Research

Working Papers

I use a redesign of the tax system in Ecuador to evaluate the effect of tax enforcement on firms' cost of capital and real decisions. I find that if a firm is included in a group that is audited annually by the tax authority with certainty, then it accesses new bank debt at a significantly lower cost. Additionally, monitored firms increased their investment in human and physical capital. I translate the decision rules that the Ecuadorian tax authority used to choose the group of monitored firms into a fuzzy regression discontinuity design to control for bias from non-random tax enforcement. Finally, I provide evidence that the effect of tax enforcement works through an information mechanism, while the results are not consistent with a behavioral channel. The wider implication is that lowering asymmetric information between borrowers and lenders is an effective and fiscally positive way for the government to increase financial access and firm investment.

Selected Works in Progress

Productivity implications of size-dependent tax enforcement

Unequal enforcement of tax collection is associated with lower aggregate productivity. One mechanism is that firms are discouraged from being large to avoid regulation. Ecuador, over the period 2010-2015, concentrated its tax auditing resources on just 5% of firms. De Simone (2019a) finds that in that setting the average monitored firm was actually better off being monitored because they accessed more and cheaper bank debt. I propose a novel mechanism for the aggregate relationship: Negative spillovers on the firms whose tax payments are not enforced directly. First, the structure of tax collection in Ecuador results in monitored firms enforcing tax collection for their suppliers but not for their customers. I use this setting to implement a differences-in-differences design comparing the tax paid by the suppliers to that of the customers of newly monitored firms. I find that the suppliers of firms monitored by the Ecuadorian tax authority, the Servicio de Rentas Internas (SRI), implicitly experienced an increase in tax enforcement as well, but without the benefit of improved credit access. Next, I test for differences in investment and firm total factor productivity between suppliers and customers of the firms the SRI monitors directly. Second, I estimate the impact of SRI monitoring on the competitors of monitored firms by estimating the effect on firm market share and by asking if lenders view not being chosen for monitoring as a negative signal. I estimate the latter by exploiting variation in industry concentration of monitored firms and by considering competitors close to the decision cutoff that were not chosen. This paper provides evidence for a new mechanism behind the aggregate relationship between size-dependent tax enforcement and aggregate firm productivity.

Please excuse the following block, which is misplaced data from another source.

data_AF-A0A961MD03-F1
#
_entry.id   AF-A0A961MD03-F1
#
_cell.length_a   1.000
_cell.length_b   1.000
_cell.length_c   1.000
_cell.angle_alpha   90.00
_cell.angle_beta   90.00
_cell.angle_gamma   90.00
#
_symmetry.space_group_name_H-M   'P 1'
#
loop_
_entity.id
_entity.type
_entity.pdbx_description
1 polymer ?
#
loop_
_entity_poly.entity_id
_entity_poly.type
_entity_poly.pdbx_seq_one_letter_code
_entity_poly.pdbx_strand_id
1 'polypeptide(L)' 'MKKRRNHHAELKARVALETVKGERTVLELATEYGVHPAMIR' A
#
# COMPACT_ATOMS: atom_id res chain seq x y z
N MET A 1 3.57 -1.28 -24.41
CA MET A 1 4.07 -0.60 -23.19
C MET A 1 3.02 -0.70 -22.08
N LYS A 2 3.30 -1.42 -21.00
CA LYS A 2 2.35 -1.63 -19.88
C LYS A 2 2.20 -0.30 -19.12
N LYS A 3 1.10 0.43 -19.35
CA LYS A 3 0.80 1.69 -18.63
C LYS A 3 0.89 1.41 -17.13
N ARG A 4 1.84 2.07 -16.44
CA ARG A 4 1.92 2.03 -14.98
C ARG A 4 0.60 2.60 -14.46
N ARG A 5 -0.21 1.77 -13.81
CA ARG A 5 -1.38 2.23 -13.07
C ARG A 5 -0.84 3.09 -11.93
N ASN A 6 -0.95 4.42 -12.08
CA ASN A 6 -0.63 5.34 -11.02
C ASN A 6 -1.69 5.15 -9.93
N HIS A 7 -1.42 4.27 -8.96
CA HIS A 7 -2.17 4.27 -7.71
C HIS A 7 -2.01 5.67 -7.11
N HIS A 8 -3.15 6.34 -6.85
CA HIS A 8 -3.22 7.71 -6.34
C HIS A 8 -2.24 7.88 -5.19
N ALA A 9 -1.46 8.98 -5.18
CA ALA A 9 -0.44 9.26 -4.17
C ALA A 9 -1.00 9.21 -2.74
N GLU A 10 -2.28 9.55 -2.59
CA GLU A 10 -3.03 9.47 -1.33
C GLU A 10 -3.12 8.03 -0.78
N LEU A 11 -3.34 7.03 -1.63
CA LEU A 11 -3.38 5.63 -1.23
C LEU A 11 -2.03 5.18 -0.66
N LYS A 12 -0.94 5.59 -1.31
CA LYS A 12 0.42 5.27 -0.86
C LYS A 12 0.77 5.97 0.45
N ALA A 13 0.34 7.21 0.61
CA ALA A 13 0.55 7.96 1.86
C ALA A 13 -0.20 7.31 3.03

Labor Income and Household Debt: Evidence from Ecuador (with Poorya Kabir)

We investigate the response of household leverage to income shocks. Standard economic theory predicts households borrow to smooth consumption over a temporary income shock; empirical evidence is mixed. We use the exposure of a household’s employer to a credit supply shock, driven by a bank repression episode in Ecuador, as a plausibly exogenous shock to household income. In 2014, the Ecuadorian government required domestic banks to repatriate foreign assets and invest in government debt at interest rates significantly below those at which the government could have borrowed on international markets. We first document large heterogeneity across banks in how affected they were by the shock, driven by the amount of assets they had previously held in international banks. Next, we construct a new and comprehensive data set that combines information on commercial and consumer loans, employer-employee tax records, and census data in Ecuador over the period 2009 to 2018. The granularity of our data allows us to trace out impacts at the employee level by comparing individuals employed at firms borrowing from differentially affected banks using a differences-in-differences design. This study contributes new evidence on how individuals use their balance sheet to self-insure against labor income shocks in an emerging-markets setting.

Threat of falling high status and tax evasion: Evidence from Ecuador (with Yugin Jeong and Jordan Siegel)

Individuals are more likely to engage in unethical behavior when they perceive that it increases the probability of avoiding a potential loss than if they believe that that same behavior increases the probability of a potential gain. Can governments take this empirical regularity into account when allocating scarce tax enforcement resources? We map the Ecuadorian elite social structure, which is centered around a few families like it is in many emerging market economies. Using a sample of random audits by the Ecuadorian Tax Authority, we test whether poor firm performance relative to the firms of owners’ social peers predicts an increase in tax evasion compared to firms that perform poorly in line with peers. We also ask whether firms are using tax evasion as a substitute for financing, i.e., as an implicit government loan, when social ties weaken. This study advances our understanding of the effect of social status and its dynamics on firm behavior.